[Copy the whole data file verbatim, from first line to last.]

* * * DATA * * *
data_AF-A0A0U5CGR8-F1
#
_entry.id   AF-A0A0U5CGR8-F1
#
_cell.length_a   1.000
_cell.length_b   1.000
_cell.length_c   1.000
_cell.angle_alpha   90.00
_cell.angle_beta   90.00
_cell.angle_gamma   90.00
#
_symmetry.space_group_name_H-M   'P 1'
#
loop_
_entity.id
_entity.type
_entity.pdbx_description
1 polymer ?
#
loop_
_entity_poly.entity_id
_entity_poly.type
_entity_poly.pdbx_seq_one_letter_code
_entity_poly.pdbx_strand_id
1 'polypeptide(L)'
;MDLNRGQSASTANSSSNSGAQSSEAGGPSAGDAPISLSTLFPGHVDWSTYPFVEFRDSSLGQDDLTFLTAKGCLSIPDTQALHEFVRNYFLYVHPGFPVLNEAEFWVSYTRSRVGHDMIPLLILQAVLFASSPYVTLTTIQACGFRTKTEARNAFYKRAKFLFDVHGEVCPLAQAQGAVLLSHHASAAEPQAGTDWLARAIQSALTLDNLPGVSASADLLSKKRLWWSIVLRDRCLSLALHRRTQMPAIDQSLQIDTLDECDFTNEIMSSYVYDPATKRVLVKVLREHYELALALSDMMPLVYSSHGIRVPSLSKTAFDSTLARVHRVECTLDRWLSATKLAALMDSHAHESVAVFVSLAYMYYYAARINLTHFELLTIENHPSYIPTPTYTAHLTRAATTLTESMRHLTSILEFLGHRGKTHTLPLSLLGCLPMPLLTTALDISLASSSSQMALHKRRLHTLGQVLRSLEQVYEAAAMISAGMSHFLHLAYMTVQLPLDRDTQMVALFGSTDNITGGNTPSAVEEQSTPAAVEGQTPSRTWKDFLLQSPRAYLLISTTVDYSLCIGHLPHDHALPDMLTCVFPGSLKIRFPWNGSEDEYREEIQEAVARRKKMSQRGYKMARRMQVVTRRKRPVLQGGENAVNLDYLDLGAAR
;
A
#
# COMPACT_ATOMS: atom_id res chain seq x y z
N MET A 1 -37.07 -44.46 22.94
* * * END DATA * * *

data_AF-A0A0U5CGR8-F1
#
_entry.id   AF-A0A0U5CGR8-F1
#
_cell.length_a   1.000
_cell.length_b   1.000
_cell.length_c   1.000
_cell.angle_alpha   90.00
_cell.angle_beta   90.00
_cell.angle_gamma   90.00
#
_symmetry.space_group_name_H-M   'P 1'
#
loop_
_entity.id
_entity.type
_entity.pdbx_description
1 polymer ?
#
loop_
_entity_poly.entity_id
_entity_poly.type
_entity_poly.pdbx_seq_one_letter_code
_entity_poly.pdbx_strand_id
1 'polypeptide(L)'
;MDLNRGQSASTANSSSNSGAQSSEAGGPSAGDAPISLSTLFPGHVDWSTYPFVEFRDSSLGQDDLTFLTAKGCLSIPDTQALHEFVRNYFLYVHPGFPVLNEAEFWVSYTRSRVGHDMIPLLILQAVLFASSPYVTLTTIQACGFRTKTEARNAFYKRAKFLFDVHGEVCPLAQAQGAVLLSHHASAAEPQAGTDWLARAIQSALTLDNLPGVSASADLLSKKRLWWSIVLRDRCLSLALHRRTQMPAIDQSLQIDTLDECDFTNEIMSSYVYDPATKRVLVKVLREHYELALALSDMMPLVYSSHGIRVPSLSKTAFDSTLARVHRVECTLDRWLSATKLAALMDSHAHESVAVFVSLAYMYYYAARINLTHFELLTIENHPSYIPTPTYTAHLTRAATTLTESMRHLTSILEFLGHRGKTHTLPLSLLGCLPMPLLTTALDISLASSSSQMALHKRRLHTLGQVLRSLEQVYEAAAMISAGMSHFLHLAYMTVQLPLDRDTQMVALFGSTDNITGGNTPSAVEEQSTPAAVEGQTPSRTWKDFLLQSPRAYLLISTTVDYSLCIGHLPHDHALPDMLTCVFPGSLKIRFPWNGSEDEYREEIQEAVARRKKMSQRGYKMARRMQVVTRRKRPVLQGGENAVNLDYLDLGAAR
;
A
#
# COMPACT_ATOMS: atom_id res chain seq x y z
N MET A 1 -37.07 -44.46 22.94